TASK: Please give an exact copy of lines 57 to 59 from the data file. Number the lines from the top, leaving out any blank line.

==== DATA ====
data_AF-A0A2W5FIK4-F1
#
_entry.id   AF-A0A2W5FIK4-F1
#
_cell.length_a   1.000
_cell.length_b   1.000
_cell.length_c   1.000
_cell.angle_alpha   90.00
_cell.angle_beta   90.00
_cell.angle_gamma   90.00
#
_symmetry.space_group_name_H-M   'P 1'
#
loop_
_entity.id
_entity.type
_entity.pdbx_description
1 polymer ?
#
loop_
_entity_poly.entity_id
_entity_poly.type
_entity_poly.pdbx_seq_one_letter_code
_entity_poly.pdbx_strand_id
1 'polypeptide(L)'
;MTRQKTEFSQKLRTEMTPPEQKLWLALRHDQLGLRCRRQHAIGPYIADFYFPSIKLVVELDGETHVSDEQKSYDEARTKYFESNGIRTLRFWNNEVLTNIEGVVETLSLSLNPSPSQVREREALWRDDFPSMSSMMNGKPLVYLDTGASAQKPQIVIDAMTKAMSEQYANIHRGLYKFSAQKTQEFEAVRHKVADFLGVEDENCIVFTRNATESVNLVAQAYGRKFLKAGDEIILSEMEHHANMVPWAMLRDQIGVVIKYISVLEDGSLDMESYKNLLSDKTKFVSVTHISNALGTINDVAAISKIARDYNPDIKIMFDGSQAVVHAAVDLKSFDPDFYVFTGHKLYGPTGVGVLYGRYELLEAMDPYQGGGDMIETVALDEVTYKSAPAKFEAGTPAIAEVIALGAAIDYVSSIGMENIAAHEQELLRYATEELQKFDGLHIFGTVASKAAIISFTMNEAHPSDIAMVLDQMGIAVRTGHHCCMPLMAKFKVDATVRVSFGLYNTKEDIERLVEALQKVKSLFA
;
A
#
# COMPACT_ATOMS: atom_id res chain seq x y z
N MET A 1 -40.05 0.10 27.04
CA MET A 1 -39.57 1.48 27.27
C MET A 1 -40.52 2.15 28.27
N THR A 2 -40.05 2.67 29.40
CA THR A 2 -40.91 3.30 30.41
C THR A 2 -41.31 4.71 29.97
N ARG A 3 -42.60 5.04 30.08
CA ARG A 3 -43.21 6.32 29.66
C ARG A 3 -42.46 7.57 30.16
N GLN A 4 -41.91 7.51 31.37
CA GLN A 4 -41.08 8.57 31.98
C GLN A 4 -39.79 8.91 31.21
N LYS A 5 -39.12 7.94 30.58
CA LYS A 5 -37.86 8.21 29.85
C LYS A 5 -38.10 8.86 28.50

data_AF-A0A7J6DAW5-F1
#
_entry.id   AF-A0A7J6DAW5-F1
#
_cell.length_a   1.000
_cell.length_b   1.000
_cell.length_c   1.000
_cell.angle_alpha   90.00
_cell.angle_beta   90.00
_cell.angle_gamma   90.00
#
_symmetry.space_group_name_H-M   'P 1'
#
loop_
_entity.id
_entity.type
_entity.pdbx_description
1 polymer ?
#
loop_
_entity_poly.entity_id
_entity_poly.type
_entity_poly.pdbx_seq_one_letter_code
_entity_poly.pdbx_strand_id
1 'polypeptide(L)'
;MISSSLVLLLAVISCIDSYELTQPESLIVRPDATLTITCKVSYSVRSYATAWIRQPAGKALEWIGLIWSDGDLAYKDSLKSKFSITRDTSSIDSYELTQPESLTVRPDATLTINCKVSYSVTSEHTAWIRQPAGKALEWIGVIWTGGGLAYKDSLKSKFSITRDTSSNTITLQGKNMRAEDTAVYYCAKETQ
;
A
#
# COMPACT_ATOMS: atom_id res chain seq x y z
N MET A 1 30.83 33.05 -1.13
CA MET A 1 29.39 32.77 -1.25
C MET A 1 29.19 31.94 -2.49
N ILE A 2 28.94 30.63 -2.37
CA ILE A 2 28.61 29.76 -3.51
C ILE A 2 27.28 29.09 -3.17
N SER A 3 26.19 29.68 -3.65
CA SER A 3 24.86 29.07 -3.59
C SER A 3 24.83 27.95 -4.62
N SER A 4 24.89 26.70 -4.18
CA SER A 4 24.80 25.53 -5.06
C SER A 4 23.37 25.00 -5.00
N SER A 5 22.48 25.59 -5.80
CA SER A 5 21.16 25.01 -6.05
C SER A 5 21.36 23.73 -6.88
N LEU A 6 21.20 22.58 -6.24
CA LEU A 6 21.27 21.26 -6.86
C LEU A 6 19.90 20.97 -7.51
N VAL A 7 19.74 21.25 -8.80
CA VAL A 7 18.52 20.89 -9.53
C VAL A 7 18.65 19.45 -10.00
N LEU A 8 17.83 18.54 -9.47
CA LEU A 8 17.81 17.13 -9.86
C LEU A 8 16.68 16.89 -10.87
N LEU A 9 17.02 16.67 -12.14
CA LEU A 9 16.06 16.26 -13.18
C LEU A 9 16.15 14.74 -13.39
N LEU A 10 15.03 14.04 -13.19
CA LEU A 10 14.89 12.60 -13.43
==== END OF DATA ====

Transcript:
_symmetry.space_group_name_H-M   'P 1'
#
loop_